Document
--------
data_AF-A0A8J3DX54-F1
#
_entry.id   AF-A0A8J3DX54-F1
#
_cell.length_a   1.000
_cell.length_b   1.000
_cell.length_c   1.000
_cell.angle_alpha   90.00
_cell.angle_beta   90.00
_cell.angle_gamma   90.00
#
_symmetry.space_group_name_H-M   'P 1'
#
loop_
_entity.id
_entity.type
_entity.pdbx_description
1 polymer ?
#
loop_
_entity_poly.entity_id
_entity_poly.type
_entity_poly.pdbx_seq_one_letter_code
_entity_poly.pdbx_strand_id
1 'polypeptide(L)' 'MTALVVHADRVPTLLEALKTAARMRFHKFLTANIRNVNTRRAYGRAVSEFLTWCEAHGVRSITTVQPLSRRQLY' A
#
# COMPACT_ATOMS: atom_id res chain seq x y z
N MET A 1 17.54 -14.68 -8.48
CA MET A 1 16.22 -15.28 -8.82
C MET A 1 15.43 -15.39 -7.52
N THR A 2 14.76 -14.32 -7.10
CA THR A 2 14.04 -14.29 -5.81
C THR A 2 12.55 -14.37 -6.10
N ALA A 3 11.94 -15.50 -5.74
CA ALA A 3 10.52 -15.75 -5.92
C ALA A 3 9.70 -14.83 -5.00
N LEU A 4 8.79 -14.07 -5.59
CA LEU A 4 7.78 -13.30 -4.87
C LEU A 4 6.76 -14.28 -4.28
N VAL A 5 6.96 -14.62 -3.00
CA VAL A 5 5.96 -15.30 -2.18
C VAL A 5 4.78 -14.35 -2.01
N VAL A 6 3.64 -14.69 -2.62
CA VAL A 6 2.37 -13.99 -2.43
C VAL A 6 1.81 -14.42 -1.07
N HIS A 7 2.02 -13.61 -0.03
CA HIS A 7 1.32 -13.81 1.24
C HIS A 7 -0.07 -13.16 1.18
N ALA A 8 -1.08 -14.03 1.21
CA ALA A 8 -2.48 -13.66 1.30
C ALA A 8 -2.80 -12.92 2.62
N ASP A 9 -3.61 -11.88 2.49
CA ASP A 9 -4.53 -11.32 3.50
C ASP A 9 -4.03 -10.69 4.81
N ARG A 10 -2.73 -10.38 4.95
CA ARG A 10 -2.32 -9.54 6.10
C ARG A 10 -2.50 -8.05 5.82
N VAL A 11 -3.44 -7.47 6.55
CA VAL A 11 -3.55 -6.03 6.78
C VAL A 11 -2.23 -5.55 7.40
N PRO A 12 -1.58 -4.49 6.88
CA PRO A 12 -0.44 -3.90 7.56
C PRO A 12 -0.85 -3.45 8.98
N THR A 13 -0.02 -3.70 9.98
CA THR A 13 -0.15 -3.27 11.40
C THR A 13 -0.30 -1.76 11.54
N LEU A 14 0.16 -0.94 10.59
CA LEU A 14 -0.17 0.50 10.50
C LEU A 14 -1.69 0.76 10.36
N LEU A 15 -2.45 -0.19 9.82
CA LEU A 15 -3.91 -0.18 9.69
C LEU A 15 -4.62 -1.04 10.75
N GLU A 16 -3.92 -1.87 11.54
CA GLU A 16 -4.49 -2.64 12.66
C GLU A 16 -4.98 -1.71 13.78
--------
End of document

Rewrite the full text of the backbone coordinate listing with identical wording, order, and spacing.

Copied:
data_AF-A0A8J3DX54-F1
#
_entry.id   AF-A0A8J3DX54-F1
#
_cell.length_a   1.000
_cell.length_b   1.000
_cell.length_c   1.000
_cell.angle_alpha   90.00
_cell.angle_beta   90.00
_cell.angle_gamma   90.00
#
_symmetry.space_group_name_H-M   'P 1'
#
loop_
_entity.id
_entity.type
_entity.pdbx_description
1 polymer ?
#
loop_
_entity_poly.entity_id
_entity_poly.type
_entity_poly.pdbx_seq_one_letter_code
_entity_poly.pdbx_strand_id
1 'polypeptide(L)' 'MTALVVHADRVPTLLEALKTAARMRFHKFLTANIRNVNTRRAYGRAVSEFLTWCEAHGVRSITTVQPLSRRQLY' A
#
# COMPACT_ATOMS: atom_id res chain seq x y z
N MET A 1 17.54 -14.68 -8.48
CA MET A 1 16.22 -15.28 -8.82
C MET A 1 15.43 -15.39 -7.52
N THR A 2 14.76 -14.32 -7.10
CA THR A 2 14.04 -14.29 -5.81
C THR A 2 12.55 -14.37 -6.10
N ALA A 3 11.94 -15.50 -5.74
CA ALA A 3 10.52 -15.75 -5.92
C ALA A 3 9.70 -14.83 -5.00
N LEU A 4 8.79 -14.07 -5.59
CA LEU A 4 7.78 -13.30 -4.87
C LEU A 4 6.76 -14.28 -4.28
N VAL A 5 6.96 -14.62 -3.00
CA VAL A 5 5.96 -15.30 -2.18
C VAL A 5 4.78 -14.35 -2.01
N VAL A 6 3.64 -14.69 -2.62
CA VAL A 6 2.37 -13.99 -2.43
C VAL A 6 1.81 -14.42 -1.07
N HIS A 7 2.02 -13.61 -0.03
CA HIS A 7 1.32 -13.81 1.24
C HIS A 7 -0.07 -13.16 1.18
N ALA A 8 -1.08 -14.03 1.21
CA ALA A 8 -2.48 -13.66 1.30
C ALA A 8 -2.80 -12.92 2.62
N ASP A 9 -3.61 -11.88 2.49
CA ASP A 9 -4.53 -11.32 3.50
C ASP A 9 -4.03 -10.69 4.81
N ARG A 10 -2.73 -10.38 4.95
CA ARG A 10 -2.32 -9.54 6.10
C ARG A 10 -2.50 -8.05 5.82
N VAL A 11 -3.44 -7.47 6.55
CA VAL A 11 -3.55 -6.03 6.78
C VAL A 11 -2.23 -5.55 7.40
N PRO A 12 -1.58 -4.49 6.88
CA PRO A 12 -0.44 -3.90 7.56
C PRO A 12 -0.85 -3.45 8.98
N THR A 13 -0.02 -3.70 9.98
CA THR A 13 -0.15 -3.27 11.40
C THR A 13 -0.30 -1.76 11.54
N LEU A 14 0.16 -0.94 10.59
CA LEU A 14 -0.17 0.50 10.50
C LEU A 14 -1.69 0.76 10.36
N LEU A 15 -2.45 -0.19 9.82
CA LEU A 15 -3.91 -0.18 9.69
C LEU A 15 -4.62 -1.04 10.75
N GLU A 16 -3.92 -1.87 11.54
CA GLU A 16 -4.49 -2.64 12.66
C GLU A 16 -4.98 -1.71 13.78